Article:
The Tennessee State University nationally and internationally recognized marching band is on its way to yet another Honda Battle of the Bands Invitational Showcase.
The band was one of eight selected from among the nation’s Historically Black Colleges and Universities after a fierce online voting process. In addition to voting, students, alumni and fans of each HBCU took to social media to help their favorite marching bands advance to the 13th annual Battle of the Band showcase in Atlanta.
Feedback from band directors, HBCU school presidents and representatives from American Honda were also considered in the selection process.
An overall winner will be selected when the final eight bands take the Georgia Dome by storm on Jan. 24, 2015, to showcase their “incredible” musical talent and “electrifying” showmanship in front of a packed crowd.
The other bands making the final eight along with the Aristocrat of Bands are the Mighty Marching Hornets of Alabama State University, the Marching Wildcats of Bethune-Cookman University, Howard University’s Showtime Marching Band, making their first Honda Battle of the Bands appearance, and the Sonic Boom of the South from Jackson State University.
Also selected are North Carolina A&T University’s Blue and Gold Marching Machine, the Human Jukebox from Southern University, and the Marching Tornado of Talladega College.
This will be the sixth appearance for the Aristocrat of Bands at the Honda Battle of the Bands, having performed in 2003, 2004, 2011, and 2012 and 2014.
“It is gratifying that this will be the fourth time in five years for us to be chosen under my leadership,” said Dr. Reginald McDonald, acting band director. “Although we were selected by people voting online based on what they have seen and heard from our halftime shows, we look and sound great.”
According to a Honda release, this year’s theme, “March On,” is intended to serves as a reminder to students and fans that life on and off the field is a journey, and no matter the challenge, the dream or what may lie ahead, “learning never stops as long as you commit to ‘March On.’”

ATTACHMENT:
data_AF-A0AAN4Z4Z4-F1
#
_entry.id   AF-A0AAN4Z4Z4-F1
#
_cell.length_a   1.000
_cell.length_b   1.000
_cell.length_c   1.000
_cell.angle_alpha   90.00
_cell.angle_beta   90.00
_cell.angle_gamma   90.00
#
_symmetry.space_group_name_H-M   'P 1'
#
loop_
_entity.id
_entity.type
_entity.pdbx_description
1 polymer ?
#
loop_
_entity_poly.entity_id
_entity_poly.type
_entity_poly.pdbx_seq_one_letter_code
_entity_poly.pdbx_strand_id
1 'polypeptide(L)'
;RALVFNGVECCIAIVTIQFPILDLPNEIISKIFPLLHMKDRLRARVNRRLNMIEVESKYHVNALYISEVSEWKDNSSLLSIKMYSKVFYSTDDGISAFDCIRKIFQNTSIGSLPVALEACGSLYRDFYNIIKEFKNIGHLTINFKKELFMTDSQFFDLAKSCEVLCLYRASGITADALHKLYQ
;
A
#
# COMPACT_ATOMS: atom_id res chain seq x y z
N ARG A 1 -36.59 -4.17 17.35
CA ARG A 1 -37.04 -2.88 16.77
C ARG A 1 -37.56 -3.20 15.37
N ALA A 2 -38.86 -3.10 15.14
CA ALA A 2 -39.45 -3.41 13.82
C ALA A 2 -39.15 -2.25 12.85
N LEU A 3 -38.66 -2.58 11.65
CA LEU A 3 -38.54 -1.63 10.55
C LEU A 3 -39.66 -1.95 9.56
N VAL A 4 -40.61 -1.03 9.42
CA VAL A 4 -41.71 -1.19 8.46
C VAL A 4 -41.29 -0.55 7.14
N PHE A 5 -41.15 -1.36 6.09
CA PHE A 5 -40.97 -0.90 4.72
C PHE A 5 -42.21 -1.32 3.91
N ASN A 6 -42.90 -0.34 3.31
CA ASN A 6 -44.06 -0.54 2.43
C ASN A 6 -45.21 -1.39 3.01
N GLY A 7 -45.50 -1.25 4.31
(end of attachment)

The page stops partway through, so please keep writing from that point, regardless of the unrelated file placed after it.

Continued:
“Honda congratulates the eight bands selected to participate in the Invitational Showcase and thanks all of the schools, students, alumni and fans that participated in the process leading to Atlanta,” said Stephan Morikawa, assistant vice president, Corporate Community Relations, American Honda Motor Co., Inc. “Honda is committed to supporting education at HBCUs by investing in their programs and providing a platform aimed at helping students realize what Honda calls The Power of Dreams.”
The 2015 Invitational Showcase will feature the first-ever Honda Battle of the Bands Power of Dreams Award. Participating teams and fans will have the opportunity to nominate an outstanding member of their community who is working to help students achieve their dreams. Honda will then select a winner who will be recognized in Atlanta at the 2015 Honda Battle of the Bands Invitational Showcase.
Tickets to the Honda Battle of the Bands are available for purchase now on the official website, starting at just $10. The participating eight HBCUs will receive a $20,000 grant from Honda to support their music education programs, plus travel to and accommodations in Atlanta for the Invitational Showcase.
In another development, the Aristocrat of Bands has, for the second time, been invited to perform at the Bands of America Grand National Championship in Indianapolis in November.
According to McDonald, TSU will be the only HBCU to play twice in the Bands of America Grand Nationals, considered the nation’s premier marching band event.
“It is unique that these top high schools at the competition will get to see our band perform. We see this opportunity as a recruitment tool for both the band and the University,” added McDonald, who put the graduation rate among band members at more than 75 percent.
Department of Media Relations
Tennessee State University
3500 John Merritt Boulevard
Nashville, Tennessee 37209
About Tennessee State University
With nearly 9,000 students, Tennessee State University is Nashville’s only public university, and is a comprehensive, urban, co-educational, land-grant university offering 42 undergraduate, 24 graduate and seven doctoral programs. TSU has earned a top 20 ranking for Historically Black Colleges and Universities according to U.S. News and World Report, and rated as one of the top universities in the country by Washington Monthly for social mobility, research and community service. Founded in 1912, Tennessee State University celebrated 100 years in Nashville during 2012. Visit the University online at tnstate.edu.